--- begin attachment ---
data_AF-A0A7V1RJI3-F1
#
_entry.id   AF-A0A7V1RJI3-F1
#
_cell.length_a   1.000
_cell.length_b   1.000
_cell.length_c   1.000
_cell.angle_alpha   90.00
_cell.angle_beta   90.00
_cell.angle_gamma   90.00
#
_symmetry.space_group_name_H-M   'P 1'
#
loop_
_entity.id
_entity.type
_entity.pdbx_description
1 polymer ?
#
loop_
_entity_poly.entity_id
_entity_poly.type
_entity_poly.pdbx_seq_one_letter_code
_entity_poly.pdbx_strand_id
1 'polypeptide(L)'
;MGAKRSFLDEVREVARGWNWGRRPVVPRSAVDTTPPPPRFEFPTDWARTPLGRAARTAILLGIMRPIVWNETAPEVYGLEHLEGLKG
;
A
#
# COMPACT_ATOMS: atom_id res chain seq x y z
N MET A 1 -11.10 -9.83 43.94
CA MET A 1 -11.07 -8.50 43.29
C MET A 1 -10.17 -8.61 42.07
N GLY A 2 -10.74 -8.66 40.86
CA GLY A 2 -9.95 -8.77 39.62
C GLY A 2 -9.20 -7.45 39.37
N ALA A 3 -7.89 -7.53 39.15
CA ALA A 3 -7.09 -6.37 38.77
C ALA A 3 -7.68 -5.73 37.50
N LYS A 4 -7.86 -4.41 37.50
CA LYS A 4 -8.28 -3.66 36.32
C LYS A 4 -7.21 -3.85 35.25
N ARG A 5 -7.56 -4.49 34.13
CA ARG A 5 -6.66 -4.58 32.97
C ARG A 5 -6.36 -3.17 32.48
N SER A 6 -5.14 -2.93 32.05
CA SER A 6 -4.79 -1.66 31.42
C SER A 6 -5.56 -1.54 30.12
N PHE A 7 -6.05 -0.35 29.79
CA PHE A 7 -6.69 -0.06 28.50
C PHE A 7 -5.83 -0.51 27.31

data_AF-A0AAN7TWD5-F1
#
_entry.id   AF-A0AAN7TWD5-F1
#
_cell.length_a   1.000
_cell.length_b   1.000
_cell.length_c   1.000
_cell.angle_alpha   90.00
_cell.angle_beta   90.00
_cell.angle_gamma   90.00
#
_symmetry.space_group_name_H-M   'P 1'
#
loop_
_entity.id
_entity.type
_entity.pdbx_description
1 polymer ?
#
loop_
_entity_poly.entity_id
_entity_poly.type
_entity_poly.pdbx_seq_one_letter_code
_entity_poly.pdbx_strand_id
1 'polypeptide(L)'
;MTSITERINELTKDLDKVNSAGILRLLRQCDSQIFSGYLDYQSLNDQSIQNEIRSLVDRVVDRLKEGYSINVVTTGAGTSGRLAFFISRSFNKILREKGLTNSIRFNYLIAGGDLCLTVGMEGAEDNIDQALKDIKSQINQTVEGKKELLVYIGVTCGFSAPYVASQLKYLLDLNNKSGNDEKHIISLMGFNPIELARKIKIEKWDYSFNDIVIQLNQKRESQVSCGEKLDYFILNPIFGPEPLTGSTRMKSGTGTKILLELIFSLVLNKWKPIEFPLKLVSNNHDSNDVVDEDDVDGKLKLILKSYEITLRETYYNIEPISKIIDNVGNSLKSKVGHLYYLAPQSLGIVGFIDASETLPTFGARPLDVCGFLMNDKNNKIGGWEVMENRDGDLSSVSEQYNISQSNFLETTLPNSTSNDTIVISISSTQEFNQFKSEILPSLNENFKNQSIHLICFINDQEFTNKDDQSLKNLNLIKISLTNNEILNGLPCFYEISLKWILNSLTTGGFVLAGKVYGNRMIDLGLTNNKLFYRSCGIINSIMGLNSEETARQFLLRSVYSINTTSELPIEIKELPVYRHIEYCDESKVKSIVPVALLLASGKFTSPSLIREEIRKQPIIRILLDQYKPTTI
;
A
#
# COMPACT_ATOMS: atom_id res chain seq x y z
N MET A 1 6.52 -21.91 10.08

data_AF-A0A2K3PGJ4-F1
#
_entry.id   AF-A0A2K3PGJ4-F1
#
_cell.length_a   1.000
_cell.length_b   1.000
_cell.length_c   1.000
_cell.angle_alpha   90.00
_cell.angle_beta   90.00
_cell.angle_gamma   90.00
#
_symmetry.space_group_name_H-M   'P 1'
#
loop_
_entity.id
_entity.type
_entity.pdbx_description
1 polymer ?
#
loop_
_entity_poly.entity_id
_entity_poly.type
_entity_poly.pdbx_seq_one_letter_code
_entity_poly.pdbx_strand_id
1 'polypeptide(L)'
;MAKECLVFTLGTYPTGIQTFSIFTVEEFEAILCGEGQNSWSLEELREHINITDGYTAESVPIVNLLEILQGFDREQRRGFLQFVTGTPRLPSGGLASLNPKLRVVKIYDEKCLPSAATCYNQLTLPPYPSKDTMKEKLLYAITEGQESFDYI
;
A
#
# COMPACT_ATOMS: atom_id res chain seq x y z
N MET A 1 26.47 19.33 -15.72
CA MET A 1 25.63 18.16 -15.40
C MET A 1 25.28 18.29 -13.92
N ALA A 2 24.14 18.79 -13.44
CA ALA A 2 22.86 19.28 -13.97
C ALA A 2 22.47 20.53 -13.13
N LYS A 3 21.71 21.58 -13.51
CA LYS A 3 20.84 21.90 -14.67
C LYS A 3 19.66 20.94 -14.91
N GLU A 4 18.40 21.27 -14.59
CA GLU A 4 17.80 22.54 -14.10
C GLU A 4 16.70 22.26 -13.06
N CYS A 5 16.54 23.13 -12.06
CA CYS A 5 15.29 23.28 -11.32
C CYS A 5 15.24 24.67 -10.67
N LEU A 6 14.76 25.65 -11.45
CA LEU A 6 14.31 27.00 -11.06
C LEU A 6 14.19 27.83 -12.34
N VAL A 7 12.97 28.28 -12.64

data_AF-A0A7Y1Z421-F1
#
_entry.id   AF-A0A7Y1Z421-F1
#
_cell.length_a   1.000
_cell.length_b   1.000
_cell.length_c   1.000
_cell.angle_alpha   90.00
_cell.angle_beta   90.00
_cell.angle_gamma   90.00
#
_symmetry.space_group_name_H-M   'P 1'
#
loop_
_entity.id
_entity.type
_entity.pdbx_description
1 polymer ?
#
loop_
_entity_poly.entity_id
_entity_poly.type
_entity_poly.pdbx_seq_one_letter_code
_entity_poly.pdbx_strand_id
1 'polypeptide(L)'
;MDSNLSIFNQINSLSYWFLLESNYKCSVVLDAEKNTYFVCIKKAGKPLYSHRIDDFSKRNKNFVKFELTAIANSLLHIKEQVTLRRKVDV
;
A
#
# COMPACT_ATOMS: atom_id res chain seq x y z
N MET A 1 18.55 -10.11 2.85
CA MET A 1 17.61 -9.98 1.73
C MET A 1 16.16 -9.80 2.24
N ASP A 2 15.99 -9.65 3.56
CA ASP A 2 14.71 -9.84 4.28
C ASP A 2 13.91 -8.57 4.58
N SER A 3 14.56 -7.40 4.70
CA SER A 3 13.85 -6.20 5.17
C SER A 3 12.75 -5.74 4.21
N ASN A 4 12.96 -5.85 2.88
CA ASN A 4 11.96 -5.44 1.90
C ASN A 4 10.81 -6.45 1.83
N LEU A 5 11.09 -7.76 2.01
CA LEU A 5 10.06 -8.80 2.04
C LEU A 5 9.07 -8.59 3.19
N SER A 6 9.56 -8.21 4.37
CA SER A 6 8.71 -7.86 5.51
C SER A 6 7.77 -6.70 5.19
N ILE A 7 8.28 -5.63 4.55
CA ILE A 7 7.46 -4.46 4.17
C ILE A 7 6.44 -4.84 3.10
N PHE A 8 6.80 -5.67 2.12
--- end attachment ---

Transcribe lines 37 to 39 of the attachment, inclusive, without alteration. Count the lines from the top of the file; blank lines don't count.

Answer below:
N ALA A 3 -7.89 -7.53 39.15
CA ALA A 3 -7.09 -6.37 38.77
C ALA A 3 -7.68 -5.73 37.50